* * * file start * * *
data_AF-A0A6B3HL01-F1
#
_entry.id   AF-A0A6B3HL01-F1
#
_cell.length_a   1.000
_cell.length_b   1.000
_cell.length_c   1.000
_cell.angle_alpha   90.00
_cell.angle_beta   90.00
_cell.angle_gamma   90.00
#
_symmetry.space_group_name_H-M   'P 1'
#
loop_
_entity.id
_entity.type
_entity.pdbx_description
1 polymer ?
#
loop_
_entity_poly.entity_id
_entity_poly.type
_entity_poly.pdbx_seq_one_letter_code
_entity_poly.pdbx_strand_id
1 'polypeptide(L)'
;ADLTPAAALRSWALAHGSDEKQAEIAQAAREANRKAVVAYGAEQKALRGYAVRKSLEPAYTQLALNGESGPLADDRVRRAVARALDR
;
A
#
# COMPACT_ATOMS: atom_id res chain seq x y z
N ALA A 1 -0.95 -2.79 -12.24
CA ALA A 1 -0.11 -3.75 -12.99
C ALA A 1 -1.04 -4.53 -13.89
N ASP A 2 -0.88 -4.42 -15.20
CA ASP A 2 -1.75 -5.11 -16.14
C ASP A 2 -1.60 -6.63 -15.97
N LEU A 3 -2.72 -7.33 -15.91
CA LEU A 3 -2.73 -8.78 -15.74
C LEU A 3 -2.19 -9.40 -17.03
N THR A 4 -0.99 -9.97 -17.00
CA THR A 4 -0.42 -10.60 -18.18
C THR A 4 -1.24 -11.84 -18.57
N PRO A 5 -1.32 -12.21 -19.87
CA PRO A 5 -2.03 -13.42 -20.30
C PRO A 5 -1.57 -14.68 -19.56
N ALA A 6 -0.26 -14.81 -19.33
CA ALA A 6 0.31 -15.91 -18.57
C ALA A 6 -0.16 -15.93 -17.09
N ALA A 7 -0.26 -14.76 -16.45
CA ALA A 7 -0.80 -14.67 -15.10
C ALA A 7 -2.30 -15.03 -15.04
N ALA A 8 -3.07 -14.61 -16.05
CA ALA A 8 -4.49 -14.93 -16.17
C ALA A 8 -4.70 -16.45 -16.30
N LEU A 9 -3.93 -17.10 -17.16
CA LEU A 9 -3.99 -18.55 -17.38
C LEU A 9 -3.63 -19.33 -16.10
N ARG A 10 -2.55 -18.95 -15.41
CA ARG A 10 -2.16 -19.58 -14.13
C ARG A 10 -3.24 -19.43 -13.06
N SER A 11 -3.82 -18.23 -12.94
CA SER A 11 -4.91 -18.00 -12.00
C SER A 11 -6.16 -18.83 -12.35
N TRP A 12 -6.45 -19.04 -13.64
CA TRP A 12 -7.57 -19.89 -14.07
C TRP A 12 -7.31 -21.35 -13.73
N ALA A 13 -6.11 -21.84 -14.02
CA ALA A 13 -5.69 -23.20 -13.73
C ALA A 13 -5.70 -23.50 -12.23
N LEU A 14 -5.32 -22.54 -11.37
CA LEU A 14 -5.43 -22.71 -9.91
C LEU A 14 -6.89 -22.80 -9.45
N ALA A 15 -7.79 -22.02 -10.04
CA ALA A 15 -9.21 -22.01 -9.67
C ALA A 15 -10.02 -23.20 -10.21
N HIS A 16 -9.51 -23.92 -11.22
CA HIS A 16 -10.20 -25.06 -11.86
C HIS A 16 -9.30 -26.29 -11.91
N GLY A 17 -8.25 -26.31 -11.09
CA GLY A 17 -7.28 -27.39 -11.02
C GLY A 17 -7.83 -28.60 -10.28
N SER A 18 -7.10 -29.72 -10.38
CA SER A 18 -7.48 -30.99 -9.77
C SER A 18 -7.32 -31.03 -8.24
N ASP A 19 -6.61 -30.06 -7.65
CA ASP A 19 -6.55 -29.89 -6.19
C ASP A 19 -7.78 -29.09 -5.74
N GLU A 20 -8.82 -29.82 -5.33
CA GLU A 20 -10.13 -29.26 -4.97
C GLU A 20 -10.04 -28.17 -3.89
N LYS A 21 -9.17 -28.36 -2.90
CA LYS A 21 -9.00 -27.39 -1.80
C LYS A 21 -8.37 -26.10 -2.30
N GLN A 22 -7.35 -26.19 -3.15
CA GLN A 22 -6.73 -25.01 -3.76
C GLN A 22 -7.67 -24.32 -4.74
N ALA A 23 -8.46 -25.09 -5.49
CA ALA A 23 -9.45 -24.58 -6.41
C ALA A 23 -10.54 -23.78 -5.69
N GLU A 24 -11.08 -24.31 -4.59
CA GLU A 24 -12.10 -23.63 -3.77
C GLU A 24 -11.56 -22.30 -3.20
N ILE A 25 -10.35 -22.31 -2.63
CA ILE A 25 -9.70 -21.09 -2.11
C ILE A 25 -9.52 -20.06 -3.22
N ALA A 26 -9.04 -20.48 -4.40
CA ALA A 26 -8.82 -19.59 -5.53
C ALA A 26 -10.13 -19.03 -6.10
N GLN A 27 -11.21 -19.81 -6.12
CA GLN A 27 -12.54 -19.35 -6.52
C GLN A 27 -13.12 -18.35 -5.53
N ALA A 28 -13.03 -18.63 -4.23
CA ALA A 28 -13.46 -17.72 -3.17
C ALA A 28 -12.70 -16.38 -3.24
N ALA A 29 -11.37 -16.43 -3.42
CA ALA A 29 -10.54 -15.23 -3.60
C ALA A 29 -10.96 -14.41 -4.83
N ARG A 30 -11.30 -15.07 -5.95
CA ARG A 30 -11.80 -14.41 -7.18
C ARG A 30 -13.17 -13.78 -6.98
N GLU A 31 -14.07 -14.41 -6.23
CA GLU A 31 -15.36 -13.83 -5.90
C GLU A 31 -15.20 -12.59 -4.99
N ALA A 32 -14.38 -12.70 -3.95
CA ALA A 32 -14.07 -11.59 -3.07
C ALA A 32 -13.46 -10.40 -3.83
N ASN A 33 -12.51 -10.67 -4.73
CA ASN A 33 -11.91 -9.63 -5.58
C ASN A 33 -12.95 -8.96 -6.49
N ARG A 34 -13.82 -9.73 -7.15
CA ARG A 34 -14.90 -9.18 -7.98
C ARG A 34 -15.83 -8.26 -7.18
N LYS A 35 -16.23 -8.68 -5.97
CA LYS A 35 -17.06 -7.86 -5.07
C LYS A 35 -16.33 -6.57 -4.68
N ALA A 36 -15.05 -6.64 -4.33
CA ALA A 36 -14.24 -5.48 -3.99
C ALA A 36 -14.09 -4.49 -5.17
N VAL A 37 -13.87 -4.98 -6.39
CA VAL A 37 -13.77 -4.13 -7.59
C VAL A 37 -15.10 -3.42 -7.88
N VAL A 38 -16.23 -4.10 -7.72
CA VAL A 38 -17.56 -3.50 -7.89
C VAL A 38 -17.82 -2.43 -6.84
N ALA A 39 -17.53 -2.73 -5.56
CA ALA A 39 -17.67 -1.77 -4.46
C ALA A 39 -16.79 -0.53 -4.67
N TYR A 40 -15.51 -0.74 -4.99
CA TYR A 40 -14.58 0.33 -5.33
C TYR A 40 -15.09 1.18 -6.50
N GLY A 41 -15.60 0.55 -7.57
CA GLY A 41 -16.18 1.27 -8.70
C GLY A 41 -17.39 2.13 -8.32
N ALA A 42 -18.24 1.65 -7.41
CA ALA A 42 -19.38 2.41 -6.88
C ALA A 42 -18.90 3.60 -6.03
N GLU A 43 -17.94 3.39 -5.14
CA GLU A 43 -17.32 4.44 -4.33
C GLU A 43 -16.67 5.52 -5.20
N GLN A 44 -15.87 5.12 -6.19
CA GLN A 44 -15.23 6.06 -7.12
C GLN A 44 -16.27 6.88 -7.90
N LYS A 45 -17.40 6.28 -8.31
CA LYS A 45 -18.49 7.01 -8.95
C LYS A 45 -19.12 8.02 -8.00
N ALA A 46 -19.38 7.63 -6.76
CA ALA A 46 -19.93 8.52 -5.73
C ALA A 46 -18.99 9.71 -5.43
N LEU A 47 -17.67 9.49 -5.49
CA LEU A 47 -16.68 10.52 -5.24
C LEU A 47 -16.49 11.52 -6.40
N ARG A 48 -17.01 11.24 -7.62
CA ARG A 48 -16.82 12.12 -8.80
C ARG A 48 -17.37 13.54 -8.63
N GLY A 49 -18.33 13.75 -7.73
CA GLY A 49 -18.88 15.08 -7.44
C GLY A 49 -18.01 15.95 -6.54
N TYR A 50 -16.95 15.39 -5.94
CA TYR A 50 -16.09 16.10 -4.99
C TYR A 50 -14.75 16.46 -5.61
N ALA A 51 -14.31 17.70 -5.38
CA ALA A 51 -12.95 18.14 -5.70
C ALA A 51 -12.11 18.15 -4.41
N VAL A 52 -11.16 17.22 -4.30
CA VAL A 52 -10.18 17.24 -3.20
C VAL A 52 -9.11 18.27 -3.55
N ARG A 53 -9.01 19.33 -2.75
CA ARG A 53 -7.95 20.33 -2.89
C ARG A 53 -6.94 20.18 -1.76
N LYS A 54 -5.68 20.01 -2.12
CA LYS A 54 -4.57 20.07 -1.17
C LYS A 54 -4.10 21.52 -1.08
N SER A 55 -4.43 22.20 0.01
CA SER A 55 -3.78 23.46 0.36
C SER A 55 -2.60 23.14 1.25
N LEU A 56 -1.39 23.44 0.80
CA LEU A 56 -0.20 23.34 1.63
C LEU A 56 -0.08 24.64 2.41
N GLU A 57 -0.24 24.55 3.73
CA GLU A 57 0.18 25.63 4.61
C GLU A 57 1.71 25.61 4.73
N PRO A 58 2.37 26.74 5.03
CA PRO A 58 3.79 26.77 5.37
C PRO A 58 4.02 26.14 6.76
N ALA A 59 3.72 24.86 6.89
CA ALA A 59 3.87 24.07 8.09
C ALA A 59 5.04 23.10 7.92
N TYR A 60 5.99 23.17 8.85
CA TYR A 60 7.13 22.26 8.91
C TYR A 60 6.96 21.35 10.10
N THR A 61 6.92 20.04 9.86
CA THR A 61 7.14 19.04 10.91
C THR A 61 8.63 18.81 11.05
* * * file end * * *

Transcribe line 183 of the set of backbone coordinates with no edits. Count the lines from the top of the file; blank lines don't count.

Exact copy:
C ALA A 51 -12.11 18.15 -4.41